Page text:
Giving the organ some 1960s cool

Times Staff Writer

UCLA organist Christoph Bull is a kind of ‘60s troubadour, for whom music is a pleasure to share and a way of communicating a message. “It’s OK to have fun and joy in church,” he said with an impish smile before playing liturgical pieces by Johannes Michel and Olivier Messiaen toward the end of his genre-crossing “Organica” program Tuesday at Royce Hall, part of the UCLA Live series.

To clinch the ‘60s connection, he played -- and sang -- his own arrangement of Bob Dylan’s “The Times They Are A-Changin’ ” as his single encore. But the link was also evident in his onstage collaborations with painter Norton Wisdom and in live video projections by Steve Nalepa and Sariah Storm.

Wisdom created dynamic figurative-symbolic paintings as Bull played. The most interesting showed a rock musician emerging out of a treble clef as Bull improvised on Pink Floyd’s “Shine On You Crazy Diamond,” a tribute to Syd Barrett, the group’s troubled former leader.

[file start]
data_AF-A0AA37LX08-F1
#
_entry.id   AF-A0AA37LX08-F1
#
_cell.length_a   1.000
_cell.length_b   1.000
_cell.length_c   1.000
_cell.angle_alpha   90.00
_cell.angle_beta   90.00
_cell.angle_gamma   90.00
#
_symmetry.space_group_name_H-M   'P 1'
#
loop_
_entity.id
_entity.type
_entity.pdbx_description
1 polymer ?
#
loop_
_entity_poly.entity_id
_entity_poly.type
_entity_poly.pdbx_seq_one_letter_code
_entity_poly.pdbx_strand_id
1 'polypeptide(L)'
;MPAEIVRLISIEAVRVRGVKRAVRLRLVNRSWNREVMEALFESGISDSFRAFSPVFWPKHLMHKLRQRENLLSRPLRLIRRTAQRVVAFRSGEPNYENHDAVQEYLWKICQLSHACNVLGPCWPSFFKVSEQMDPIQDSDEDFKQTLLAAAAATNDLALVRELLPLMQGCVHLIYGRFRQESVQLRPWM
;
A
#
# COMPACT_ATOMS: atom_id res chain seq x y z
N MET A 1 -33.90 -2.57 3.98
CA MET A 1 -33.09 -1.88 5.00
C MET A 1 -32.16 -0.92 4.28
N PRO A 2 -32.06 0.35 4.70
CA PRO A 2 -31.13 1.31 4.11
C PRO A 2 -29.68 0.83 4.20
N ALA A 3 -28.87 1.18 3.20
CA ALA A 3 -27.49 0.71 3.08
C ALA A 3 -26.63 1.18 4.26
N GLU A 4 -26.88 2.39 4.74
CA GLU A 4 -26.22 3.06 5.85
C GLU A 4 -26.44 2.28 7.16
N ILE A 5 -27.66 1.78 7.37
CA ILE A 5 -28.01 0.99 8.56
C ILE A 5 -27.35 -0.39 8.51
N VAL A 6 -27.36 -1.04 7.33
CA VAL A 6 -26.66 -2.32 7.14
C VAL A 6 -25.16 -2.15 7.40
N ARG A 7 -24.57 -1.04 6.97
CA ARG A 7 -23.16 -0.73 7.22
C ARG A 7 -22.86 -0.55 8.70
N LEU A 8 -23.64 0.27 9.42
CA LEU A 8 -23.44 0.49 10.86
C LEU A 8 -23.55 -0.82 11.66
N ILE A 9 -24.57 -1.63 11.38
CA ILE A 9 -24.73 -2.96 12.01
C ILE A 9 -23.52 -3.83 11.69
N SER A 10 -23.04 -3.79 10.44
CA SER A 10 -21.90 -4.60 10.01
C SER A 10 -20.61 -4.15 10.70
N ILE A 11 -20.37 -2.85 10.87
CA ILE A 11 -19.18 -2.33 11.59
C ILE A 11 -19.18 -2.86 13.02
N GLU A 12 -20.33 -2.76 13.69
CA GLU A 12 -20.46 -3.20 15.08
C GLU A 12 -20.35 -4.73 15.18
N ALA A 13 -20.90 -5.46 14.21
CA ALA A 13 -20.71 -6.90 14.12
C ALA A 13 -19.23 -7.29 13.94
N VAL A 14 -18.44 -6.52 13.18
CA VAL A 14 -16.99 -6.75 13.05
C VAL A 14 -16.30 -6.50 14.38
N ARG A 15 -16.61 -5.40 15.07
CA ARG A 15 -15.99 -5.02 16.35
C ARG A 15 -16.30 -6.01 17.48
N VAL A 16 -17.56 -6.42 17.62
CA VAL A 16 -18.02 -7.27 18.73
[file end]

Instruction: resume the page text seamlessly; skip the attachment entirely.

Nalepa and Storm enhanced the proceedings with kaleidoscopic images projected on a screen at the back of the stage. Their wittiest idea had someone playing a glass harmonica as Bull scampered through Michel’s “In Dir Ist Freude” (In Thee Is Gladness).

Bull is a fluent performer who favored lingering warm tones among families of complementary hues. He did not exploit sudden, severe or multiple changes in color or dynamic, at times lessening a piece’s dramatic possibilities. But he was eloquent in Bach’s colossal Passacaglia and Fugue in C minor.

Responding to written audience suggestions, he played improvisations on pieces as varied as “Lucy in the Sky With Diamonds” and Bach’s Toccata and Fugue in D minor. “Send in the Clowns” may have been in there too. The final flourish sounded like “Phantom of the Opera.”

A cautionary note: Sitting close to the Royce stage puts you under the organ pipes above the proscenium, muffling the sound and muddling the colors.